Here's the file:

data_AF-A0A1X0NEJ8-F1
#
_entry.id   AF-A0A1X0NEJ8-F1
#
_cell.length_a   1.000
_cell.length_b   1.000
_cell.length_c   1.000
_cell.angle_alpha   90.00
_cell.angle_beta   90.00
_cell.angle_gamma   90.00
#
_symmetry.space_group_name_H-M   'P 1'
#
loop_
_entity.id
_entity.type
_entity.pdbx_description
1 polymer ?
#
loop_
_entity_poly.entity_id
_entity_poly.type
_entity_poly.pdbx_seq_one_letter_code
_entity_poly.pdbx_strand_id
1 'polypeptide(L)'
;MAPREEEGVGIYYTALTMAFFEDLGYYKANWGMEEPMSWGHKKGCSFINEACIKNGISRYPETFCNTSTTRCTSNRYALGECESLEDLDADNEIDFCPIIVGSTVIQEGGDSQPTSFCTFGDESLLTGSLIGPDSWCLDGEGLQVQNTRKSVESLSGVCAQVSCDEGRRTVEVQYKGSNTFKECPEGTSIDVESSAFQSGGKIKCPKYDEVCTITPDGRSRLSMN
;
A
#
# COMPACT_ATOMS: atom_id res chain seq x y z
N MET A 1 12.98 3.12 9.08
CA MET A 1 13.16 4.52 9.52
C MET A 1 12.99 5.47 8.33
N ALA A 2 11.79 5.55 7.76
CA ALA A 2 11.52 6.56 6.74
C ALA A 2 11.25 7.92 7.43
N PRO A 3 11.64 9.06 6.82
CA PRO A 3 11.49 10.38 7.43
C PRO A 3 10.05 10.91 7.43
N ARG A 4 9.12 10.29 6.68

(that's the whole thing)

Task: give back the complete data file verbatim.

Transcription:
data_AF-A0A1X0NEJ8-F1
#
_entry.id   AF-A0A1X0NEJ8-F1
#
_cell.length_a   1.000
_cell.length_b   1.000
_cell.length_c   1.000
_cell.angle_alpha   90.00
_cell.angle_beta   90.00
_cell.angle_gamma   90.00
#
_symmetry.space_group_name_H-M   'P 1'
#
loop_
_entity.id
_entity.type
_entity.pdbx_description
1 polymer ?
#
loop_
_entity_poly.entity_id
_entity_poly.type
_entity_poly.pdbx_seq_one_letter_code
_entity_poly.pdbx_strand_id
1 'polypeptide(L)'
;MAPREEEGVGIYYTALTMAFFEDLGYYKANWGMEEPMSWGHKKGCSFINEACIKNGISRYPETFCNTSTTRCTSNRYALGECESLEDLDADNEIDFCPIIVGSTVIQEGGDSQPTSFCTFGDESLLTGSLIGPDSWCLDGEGLQVQNTRKSVESLSGVCAQVSCDEGRRTVEVQYKGSNTFKECPEGTSIDVESSAFQSGGKIKCPKYDEVCTITPDGRSRLSMN
;
A
#
# COMPACT_ATOMS: atom_id res chain seq x y z
N MET A 1 12.98 3.12 9.08
CA MET A 1 13.16 4.52 9.52
C MET A 1 12.99 5.47 8.33
N ALA A 2 11.79 5.55 7.76
CA ALA A 2 11.52 6.56 6.74
C ALA A 2 11.25 7.92 7.43
N PRO A 3 11.64 9.06 6.82
CA PRO A 3 11.49 10.38 7.43
C PRO A 3 10.05 10.91 7.43
N ARG A 4 9.12 10.29 6.68